The animated short Three Little Pigs is the focus of this paper; the author claims that this short was significant first for epitomizing the quality of Disney films in the 1930s, whose popularity can't be conceived of today. In addition, the author sees the film as crucial in character animation, paving the way for the enduring characters of the next decade. The narrative, indirectly, and the commercial success, more directly, enabled Disney's first feature-length animated film, Snow White and the Seven Dwarfs.
The article also discusses the technical achievements of the film, such as the difficulty in animating such similar characters and the effective use of color. The latter innovation, color, was used most effectively by including subtle tone changes with purpose, such as to reinforce the exhaustion of the wolf after trying to blow down the brick house by changing the colors of his face. Finally, sound was key to the film's success and influence. Written to illustrate a song that became a hit, "Who's Afraid of the Big Bad Wolf?", the music helps differentiate characters. The character development was further aided by focusing on four characters, instead of the huge undifferentiated masses often featured in earlier Silly Symphonies.
Finally, the article addresses the metaphor of the story as two-pronged. The popularity of the film suggests the dormant, hopeful message that hard work alone will allow men to prevail even in times of doubt; this was an appealing message in the Depression. Second, audiences saw Walt Disney as a role model. It's possible that simple plots, like that of this short, helped Disney films maintain popularity over competing Warner Brothers series which today seem more appealing.
This article is key to my argument; it helps provide evidence that Three Little Pigs paved the way for Snow White and the future Disney style of creating feature-length films with the same character development, simple plots and positive, moral underlying messages that appealed to audiences.
The author discusses and forms theories as to the rules of fairy tale adaptation at Disney, especially related to the role of the child and the view of adolescents or adults, in a few of the Sillies including Babes In The Woods. He discusses Three Little Pigs specifically, but more as a contradiction to many of these trends. The pigs are pre-pubescent children, and while they are old enough to be without parental figures and have pin-ups, they still sing with high voices and dress like toddlers (except, of course, Practical Pig, who has photos of his parents and wears pants). Therefore the short takes place in the “self-contained infant world of play,” a fact echoed by the presence of the lean, hairy, evil wolf.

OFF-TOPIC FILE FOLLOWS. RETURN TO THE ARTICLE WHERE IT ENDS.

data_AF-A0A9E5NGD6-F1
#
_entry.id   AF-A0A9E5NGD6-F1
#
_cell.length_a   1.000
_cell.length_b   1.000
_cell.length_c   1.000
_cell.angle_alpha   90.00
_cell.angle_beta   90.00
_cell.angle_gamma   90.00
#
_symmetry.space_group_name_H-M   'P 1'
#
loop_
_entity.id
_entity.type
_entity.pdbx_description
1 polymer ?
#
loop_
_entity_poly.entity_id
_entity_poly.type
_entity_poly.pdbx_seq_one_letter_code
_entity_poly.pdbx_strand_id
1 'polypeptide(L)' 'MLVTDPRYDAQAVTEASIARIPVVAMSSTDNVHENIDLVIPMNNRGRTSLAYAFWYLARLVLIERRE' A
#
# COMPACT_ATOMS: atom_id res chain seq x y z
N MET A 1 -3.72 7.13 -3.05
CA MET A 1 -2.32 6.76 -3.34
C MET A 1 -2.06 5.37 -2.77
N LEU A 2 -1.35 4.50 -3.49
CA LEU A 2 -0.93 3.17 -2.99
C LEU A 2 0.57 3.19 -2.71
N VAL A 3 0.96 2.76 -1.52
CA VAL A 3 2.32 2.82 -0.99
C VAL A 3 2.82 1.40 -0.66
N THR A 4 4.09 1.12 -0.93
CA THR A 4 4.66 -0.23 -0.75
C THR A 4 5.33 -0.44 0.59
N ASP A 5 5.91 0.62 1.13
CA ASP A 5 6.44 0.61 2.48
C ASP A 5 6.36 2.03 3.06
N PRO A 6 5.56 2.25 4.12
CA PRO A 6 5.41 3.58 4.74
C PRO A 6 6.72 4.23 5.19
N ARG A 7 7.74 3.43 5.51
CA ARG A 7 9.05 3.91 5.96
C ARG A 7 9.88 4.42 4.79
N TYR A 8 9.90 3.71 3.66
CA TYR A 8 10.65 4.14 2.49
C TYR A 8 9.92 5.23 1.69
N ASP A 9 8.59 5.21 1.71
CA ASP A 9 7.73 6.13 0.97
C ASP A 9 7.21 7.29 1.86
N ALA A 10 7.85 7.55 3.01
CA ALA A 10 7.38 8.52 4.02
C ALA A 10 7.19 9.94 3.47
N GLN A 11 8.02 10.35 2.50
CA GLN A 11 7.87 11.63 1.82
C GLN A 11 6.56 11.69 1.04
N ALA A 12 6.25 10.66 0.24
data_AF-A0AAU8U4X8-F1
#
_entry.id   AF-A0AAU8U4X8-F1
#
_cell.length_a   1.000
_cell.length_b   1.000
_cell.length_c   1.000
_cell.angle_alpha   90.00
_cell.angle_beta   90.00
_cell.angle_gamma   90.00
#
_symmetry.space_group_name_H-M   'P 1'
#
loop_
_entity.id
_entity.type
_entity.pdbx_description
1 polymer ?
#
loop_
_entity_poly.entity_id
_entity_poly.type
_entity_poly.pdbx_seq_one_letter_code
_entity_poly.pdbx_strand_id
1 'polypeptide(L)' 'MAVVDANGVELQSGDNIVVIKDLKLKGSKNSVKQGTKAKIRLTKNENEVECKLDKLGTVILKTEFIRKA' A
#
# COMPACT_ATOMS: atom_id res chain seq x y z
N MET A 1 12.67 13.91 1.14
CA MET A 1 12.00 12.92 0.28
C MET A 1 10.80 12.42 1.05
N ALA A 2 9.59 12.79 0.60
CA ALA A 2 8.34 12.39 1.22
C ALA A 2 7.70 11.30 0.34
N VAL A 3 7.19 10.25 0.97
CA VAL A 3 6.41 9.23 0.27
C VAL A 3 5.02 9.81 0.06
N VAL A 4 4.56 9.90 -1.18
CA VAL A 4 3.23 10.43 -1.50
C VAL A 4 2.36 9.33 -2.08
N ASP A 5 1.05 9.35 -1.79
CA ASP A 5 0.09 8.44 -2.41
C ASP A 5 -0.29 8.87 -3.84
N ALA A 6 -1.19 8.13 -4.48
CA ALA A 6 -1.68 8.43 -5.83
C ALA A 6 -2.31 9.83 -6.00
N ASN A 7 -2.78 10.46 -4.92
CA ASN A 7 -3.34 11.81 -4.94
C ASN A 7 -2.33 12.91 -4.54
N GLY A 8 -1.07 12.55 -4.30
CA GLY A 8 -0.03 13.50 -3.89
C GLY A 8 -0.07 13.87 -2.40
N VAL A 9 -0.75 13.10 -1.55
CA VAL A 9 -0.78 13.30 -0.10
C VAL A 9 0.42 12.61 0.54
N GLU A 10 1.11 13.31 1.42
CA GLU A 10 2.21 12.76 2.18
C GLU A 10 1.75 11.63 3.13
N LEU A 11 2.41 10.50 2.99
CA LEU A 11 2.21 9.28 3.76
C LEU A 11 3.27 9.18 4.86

This article would be useful for my paper as evidence of the direct trend of the Silly Symphonies from experimental, even “anarchy” in animation, to standardization in the portrayal of fairy tales. But it also codifies the aspects of the adaptation process which are distinctly Disney and American, and shows how these aspects fall into the categories of characterization especially. Sound and color are also mentioned as methods for advancing animation and increasing the potency of the stories told in these short films.
This is a blog entry, but it seems to be of high enough quality for use. Its thesis is that the Republican reading of hard times in Three Little Pigs, both the Depression of the 1930s and even today's housing crisis, is "undercut by various elements of subversion." Characterization helps to differentiate between the lazy pigs and the responsible pig, and these personas are echoed not only in the pigs' actions but the objects they use to decorate their houses. But the author argues that the lazy pigs are so likeable that the message is somewhat obscured, and hypothesizes that much of the Wolf's animosity and the pigs' fear may resemble the corporate structure and relationship between Walt Disney and animators. The primitive use of color contributes to the dream-like quality of Disney, a "surreal," sometimes uncanny vibe which contrasts sharply with how Warner Brothers cartoons, especially today, appear "secular, straightforward, unpretentious, urban, and ethnic.”
This resource would be helpful for showing the effective use of characterization. Its specificity in mentioning how characters are differentiated, through their actions, attitudes, and possessions as well as through color, would be useful. A new look at the short film’s allegorical power, namely, its relevance in today's US economy, is also interesting, as is its comparison of the dreaminess of Disney as compared to the reality of Warner Brothers animated shorts.